|The Last Word|
by Don Phillips,
Morningstar Managing Director
2003 © Morningstar, Inc. Reprinted with permission.
To restore investor confidence, the fund industry should first admit some culpability.
Fund industry officials recognize the need to reach out to investors to restore their trust, but they seemingly have little clue how to do it. Just look at this year’s annual Investment Company Institute (ICI) Conference.
To start, the ICI kicked off its conference with a closed-door session, barring journalists, exhibiters, and any non-investment-company attendees. That’s hardly the way to establish confidence. Sadly, this mentality was echoed in comments by incoming ICI chairman Paul Haaga, who stated that recent criticism of the fund industry was so unfair it made him “wonder what life would be like if (the industry) had actually done something wrong.”
On one hand, this sentiment is understandable. The fund industry is well-run and well- regulated, and it has avoided the scandals that have rocked the accounting and investment banking professions. But callous denials of responsibility will do nothing to improve the public’s perception of the industry, especially because funds were the conduit through which many investors participated in disasters like Enron or WorldCom. Moreover, many fund company ads of the late 1990s clearly fueled investor expectations for higher returns. Until top fund officials concede they played a role in rotten investor experiences, hope for improvement is limited.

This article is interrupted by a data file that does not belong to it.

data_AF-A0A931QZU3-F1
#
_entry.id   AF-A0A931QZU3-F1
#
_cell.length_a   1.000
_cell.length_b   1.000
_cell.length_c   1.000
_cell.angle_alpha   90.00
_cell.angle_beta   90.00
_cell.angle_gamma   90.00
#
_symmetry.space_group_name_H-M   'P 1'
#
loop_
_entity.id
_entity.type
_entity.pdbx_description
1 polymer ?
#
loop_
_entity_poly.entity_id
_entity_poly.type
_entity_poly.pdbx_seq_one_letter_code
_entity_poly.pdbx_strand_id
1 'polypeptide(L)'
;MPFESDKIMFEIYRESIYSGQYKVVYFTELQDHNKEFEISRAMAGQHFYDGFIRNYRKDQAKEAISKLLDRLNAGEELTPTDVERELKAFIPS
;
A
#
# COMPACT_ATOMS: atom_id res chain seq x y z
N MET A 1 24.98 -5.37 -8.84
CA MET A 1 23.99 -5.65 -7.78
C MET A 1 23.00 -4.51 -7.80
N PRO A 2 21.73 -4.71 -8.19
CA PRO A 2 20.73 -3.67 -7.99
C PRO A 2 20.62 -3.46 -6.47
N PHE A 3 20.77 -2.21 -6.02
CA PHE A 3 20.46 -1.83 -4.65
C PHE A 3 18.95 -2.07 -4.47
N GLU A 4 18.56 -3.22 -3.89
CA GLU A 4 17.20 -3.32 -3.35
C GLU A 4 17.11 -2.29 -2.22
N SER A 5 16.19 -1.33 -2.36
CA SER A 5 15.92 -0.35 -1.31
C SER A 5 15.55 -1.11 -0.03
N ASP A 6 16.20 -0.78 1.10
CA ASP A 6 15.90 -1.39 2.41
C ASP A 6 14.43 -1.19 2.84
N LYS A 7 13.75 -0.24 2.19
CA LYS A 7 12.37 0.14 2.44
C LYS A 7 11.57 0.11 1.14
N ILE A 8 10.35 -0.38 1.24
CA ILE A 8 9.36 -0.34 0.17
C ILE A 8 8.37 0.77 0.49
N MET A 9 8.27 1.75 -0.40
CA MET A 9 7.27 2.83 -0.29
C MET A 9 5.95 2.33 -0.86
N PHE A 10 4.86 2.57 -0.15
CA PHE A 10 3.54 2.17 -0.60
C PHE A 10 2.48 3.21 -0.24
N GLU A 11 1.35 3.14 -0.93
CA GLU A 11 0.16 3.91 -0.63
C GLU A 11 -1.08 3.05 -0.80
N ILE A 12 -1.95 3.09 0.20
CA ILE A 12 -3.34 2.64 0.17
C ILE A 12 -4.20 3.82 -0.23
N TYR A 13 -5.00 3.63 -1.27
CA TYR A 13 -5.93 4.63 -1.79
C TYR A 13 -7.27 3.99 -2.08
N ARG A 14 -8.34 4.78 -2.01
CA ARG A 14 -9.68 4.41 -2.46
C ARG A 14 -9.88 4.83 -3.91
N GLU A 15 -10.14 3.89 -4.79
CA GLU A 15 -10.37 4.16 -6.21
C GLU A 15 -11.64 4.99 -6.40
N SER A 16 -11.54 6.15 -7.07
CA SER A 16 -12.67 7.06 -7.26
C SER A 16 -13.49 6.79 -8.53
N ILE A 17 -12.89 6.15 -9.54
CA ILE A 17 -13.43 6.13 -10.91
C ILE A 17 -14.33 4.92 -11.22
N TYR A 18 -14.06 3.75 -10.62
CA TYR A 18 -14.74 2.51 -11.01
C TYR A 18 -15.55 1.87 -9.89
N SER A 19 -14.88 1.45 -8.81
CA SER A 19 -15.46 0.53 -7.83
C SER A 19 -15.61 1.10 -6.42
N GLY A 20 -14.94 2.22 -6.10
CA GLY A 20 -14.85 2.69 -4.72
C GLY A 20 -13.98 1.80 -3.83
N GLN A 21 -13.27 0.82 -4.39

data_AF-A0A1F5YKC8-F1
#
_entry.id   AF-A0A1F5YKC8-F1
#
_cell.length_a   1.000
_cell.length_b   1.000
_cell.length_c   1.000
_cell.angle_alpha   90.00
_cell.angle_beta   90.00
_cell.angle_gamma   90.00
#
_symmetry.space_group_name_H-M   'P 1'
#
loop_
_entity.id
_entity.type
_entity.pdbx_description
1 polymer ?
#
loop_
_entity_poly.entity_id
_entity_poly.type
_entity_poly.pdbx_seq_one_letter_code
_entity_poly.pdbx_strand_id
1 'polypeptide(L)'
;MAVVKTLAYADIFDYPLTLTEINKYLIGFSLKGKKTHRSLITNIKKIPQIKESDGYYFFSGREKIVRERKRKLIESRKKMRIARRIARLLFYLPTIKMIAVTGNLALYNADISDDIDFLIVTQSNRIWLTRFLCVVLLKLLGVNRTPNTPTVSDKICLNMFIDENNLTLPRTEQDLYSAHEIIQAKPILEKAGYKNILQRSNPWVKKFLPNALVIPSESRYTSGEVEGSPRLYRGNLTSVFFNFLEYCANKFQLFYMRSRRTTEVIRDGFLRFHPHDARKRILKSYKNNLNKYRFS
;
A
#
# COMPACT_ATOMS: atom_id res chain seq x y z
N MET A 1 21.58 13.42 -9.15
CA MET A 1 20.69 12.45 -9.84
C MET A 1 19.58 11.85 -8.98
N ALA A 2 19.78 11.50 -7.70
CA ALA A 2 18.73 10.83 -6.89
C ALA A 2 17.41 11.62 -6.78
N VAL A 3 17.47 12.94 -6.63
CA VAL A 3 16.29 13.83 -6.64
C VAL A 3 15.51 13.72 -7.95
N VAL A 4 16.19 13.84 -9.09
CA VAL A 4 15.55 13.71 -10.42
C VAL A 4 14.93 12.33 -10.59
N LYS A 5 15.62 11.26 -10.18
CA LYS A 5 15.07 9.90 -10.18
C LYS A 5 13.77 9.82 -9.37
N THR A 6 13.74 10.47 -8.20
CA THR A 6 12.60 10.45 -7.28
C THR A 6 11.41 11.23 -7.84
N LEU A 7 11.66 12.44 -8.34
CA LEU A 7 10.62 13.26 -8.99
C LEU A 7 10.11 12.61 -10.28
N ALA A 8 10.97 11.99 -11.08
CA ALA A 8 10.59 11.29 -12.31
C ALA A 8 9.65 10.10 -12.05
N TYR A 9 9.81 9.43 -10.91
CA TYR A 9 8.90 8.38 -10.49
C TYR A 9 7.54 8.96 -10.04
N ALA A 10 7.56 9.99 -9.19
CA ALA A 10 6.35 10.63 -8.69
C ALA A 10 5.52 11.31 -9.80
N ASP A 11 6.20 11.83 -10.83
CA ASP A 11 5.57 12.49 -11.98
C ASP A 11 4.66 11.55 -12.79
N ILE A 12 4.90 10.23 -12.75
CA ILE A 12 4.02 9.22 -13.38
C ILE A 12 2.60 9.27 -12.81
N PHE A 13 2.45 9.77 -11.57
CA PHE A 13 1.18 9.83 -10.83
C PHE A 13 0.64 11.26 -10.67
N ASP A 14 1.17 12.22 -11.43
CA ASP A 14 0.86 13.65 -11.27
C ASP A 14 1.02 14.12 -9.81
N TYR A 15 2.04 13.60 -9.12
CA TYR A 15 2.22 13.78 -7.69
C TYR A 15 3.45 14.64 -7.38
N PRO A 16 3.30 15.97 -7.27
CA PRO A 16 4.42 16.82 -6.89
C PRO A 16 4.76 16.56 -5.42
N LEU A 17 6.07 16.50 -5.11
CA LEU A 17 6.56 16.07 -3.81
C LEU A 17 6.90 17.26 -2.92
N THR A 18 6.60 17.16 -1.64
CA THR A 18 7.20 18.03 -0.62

But the most disheartening thing to come out of this year’s ICI conference was Haaga’s statement that the industry’s problem was that it has been “out sound-bited by Bogle for years.” If you want to restore public confidence, why in the world would you publicly define the fund industry’s interests and principles as being opposed to Jack Bogle’s?
Bogle is of the fund industry; he created the country’s second largest fund family. For many investors, he is a shining example of what makes mutual funds great. His arguments are not mere sound bites; they are reasoned and well-documented and have been praised by the likes of Warren Buffett. If ever there was a time for the fund industry to align itself with Bogle, this is it.
Investors need funds to help them navigate tough times like these. But
when the industry’s moral compass becomes so skewed that it points
to Jack Bogle as the enemy, it’s hard to argue that the ship is
headed in the right direction. It’s time for the industry to reconsider
its course, accept some responsibility for the poor investor returns,
and focus on creating a better investor experience. Blindly insisting
that mutual fund firms have done no wrong and drawing battle lines between
the fund industry and Jack Bogle is not the way to start.
Note: The opinions expressed in this speech do not necessarily represent the views of Vanguard's present management.©2010 Bogle Financial Center. All Rights Reserved.